There were Seven Wonders of the ancient world, but in present-day Kansas greatness has multiplied: The Sunflower State counts eight.">
The Cooper Barn outside Colby, reportedly the largest barn in Kansas,
built in 1936
Photo: Marci Penner
People thought we were a little crazy when we started our 8 Wonders of Kansas project. Everyone knows about the Seven Wonders of the World so they were a little amused, or thought we were confused, when we decided to go for one more.
In 1990 my dad, Milferd Penner, and I toured the state and put together our first guidebook, Kansas Weekend Guide. When we’d stop in a city and ask what it had to offer, often people would chuckle. They’d tell us there was nothing in their town that a visitor would want to see. We heard this too many times—and it started to hurt!
So we came up with eight things that every town has, no matter the size. The eight categories are architecture, art, commerce, cuisine, customs, geography, history, and people. In combination, they are our definition of rural culture. Maybe the physical evidence of one or more of these things has disappeared in a town, but a story remains. Looking for any of those elements helps you focus and see a town more clearly.
We then formed the Kansas Sampler Foundation to help educate Kansans about Kansas and we’ve been using those eight rural culture elements ever since.
Last year, Von Rothenberger, one of our Kansas Explorers Club members, suggested we name the Seven Wonders of Kansas and I (easily) twisted his arm to make it eight. Our initial contest was for the overall 8 Wonders of Kansas. We started with public nominations. Then a rowdy Selection Committee met to pick 24 finalists out of a couple hundred nominations. By June we had our website ready to go and voting began.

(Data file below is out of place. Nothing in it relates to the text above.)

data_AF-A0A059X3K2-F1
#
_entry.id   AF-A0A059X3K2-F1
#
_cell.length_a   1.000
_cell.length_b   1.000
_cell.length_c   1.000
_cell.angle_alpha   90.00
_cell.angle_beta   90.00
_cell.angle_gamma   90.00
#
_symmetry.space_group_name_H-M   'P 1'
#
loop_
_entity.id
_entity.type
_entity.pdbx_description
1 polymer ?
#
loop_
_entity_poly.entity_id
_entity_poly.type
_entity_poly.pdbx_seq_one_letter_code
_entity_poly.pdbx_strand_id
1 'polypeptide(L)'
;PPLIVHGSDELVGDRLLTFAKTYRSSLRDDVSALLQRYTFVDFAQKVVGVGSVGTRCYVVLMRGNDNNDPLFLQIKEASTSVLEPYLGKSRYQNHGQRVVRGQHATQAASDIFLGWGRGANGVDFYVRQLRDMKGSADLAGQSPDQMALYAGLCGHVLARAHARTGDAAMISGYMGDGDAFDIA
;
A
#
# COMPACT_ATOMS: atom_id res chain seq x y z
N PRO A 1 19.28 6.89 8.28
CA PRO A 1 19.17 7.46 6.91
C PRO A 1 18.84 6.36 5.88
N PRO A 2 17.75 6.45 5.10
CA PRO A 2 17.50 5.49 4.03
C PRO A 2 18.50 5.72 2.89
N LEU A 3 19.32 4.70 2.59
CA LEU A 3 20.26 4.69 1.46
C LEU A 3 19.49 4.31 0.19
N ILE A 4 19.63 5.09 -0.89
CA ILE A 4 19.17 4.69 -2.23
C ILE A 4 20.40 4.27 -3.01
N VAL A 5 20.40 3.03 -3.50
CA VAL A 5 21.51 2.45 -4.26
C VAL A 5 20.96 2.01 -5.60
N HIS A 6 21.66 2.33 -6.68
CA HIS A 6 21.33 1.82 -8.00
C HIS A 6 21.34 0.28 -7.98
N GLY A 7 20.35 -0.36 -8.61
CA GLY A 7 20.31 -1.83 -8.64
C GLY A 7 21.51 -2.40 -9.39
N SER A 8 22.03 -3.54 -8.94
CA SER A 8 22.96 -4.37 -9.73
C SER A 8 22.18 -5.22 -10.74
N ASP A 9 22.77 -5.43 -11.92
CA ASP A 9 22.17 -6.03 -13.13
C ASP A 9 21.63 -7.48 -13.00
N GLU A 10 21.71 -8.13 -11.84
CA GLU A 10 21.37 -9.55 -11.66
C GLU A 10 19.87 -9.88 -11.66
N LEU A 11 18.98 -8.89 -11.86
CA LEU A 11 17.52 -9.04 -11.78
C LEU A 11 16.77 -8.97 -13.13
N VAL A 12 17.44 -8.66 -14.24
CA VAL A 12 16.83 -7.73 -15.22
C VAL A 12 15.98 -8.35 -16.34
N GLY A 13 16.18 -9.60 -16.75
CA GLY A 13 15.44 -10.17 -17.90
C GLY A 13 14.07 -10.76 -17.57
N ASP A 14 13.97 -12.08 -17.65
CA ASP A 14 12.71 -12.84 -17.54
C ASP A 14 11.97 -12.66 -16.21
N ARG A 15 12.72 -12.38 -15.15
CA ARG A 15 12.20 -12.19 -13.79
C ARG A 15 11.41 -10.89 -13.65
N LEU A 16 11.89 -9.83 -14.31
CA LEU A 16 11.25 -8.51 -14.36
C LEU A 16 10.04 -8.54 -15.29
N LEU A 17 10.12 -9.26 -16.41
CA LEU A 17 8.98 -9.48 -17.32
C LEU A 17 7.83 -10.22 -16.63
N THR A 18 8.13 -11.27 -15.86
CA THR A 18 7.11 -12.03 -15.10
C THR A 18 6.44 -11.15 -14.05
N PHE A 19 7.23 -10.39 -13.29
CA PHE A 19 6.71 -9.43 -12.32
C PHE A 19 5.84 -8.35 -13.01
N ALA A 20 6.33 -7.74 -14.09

The 8 Wonders of Kansas
Map: Kansas Sampler Foundation
Six months later more than 24,000 people from every state had voted online or by paper ballot. We were thrilled! There might have been a hundred different articles written about the contest including blogs in China and Africa. Finally, on Kansas Day, January 29, 2008, all the finalists met in our state capitol, and Governor Sebelius announced the top eight. It was an exciting day, especially for the winners: (In alphabetical order) The Big Well, Greensburg; Cheyenne Bottoms/Quivira National Wildlife Refuge, Barton & Stafford Counties; Eisenhower Presidential Library & Museum, Abilene; Kansas Cosmosphere & Space Center, Hutchinson; Kansas Underground Salt Museum, Hutchinson; Monument Rocks/Castle Rock, Gove County; and Tallgrass Prairie National Preserve/the Flint Hills, Chase County.
Now we’ve embarked on a series of four-month contests to focus on each of the rural culture elements. We just completed the contest for architecture. Votes came from 43 states and totaled more than 8,000 in the seven-week voting span. As determined by that public vote, the 8 Wonders of Kansas Architecture are (in alphabetical order) Chase County Courthouse, Cottonwood Falls; Cooper Barn, Colby; Fromme-Birney Round Barn, Mullinville; Holy Cross Church, Pfeifer; Kansas State Capitol, Topeka; Lebold Mansion, Abilene; Ness County Bank Building, Ness City; and the Seelye Mansion, Abilene.
The purpose of the contest is to educate people of the world, especially Kansans, about what our state has to offer. We used the contest format to stimulate interest and debate and, of course, to encourage travel within Kansas.
Have you been to any or all of the Wonders mentioned above? If not, come out to Kansas and visit us. You’ll see that we do have a lot to offer! The cost of gas may be high but exploring in Kansas is very economical. Go to 8wonders.org to see pictures and read more about our Wonders. Come visit, we’re the rural thing!
Marci Penner directs the Kansas Sampler Foundation.